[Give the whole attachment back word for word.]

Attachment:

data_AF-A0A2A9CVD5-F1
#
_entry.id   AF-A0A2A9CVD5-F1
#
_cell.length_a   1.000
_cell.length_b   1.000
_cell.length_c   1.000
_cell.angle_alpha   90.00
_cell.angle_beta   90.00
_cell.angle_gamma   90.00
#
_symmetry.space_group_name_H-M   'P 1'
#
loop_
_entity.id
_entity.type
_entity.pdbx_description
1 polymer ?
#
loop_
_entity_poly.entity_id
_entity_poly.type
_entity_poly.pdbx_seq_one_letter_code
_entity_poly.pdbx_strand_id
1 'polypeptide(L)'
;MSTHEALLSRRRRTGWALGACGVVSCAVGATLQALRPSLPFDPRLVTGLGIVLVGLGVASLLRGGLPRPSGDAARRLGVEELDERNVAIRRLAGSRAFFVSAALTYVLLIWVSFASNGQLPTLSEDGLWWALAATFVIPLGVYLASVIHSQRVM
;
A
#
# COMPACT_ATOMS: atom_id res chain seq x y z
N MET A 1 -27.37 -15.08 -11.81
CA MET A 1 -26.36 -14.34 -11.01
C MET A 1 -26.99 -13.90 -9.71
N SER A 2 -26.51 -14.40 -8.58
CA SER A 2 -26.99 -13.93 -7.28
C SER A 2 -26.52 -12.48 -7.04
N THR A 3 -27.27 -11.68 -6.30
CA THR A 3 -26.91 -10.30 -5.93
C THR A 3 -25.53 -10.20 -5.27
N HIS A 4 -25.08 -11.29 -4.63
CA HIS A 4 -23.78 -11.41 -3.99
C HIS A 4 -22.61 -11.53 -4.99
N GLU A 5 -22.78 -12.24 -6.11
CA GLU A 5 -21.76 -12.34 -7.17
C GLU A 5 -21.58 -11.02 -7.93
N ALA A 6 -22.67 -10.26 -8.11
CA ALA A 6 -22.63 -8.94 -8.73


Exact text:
data_AF-A0A2A9CVD5-F1
#
_entry.id   AF-A0A2A9CVD5-F1
#
_cell.length_a   1.000
_cell.length_b   1.000
_cell.length_c   1.000
_cell.angle_alpha   90.00
_cell.angle_beta   90.00
_cell.angle_gamma   90.00
#
_symmetry.space_group_name_H-M   'P 1'
#
loop_
_entity.id
_entity.type
_entity.pdbx_description
1 polymer ?
#
loop_
_entity_poly.entity_id
_entity_poly.type
_entity_poly.pdbx_seq_one_letter_code
_entity_poly.pdbx_strand_id
1 'polypeptide(L)'
;MSTHEALLSRRRRTGWALGACGVVSCAVGATLQALRPSLPFDPRLVTGLGIVLVGLGVASLLRGGLPRPSGDAARRLGVEELDERNVAIRRLAGSRAFFVSAALTYVLLIWVSFASNGQLPTLSEDGLWWALAATFVIPLGVYLASVIHSQRVM
;
A
#
# COMPACT_ATOMS: atom_id res chain seq x y z
N MET A 1 -27.37 -15.08 -11.81
CA MET A 1 -26.36 -14.34 -11.01
C MET A 1 -26.99 -13.90 -9.71
N SER A 2 -26.51 -14.40 -8.58
CA SER A 2 -26.99 -13.93 -7.28
C SER A 2 -26.52 -12.48 -7.04
N THR A 3 -27.27 -11.68 -6.30
CA THR A 3 -26.91 -10.30 -5.93
C THR A 3 -25.53 -10.20 -5.27
N HIS A 4 -25.08 -11.29 -4.63
CA HIS A 4 -23.78 -11.41 -3.99
C HIS A 4 -22.61 -11.53 -4.99
N GLU A 5 -22.78 -12.24 -6.11
CA GLU A 5 -21.76 -12.34 -7.17
C GLU A 5 -21.58 -11.02 -7.93
N ALA A 6 -22.67 -10.26 -8.11
CA ALA A 6 -22.63 -8.94 -8.73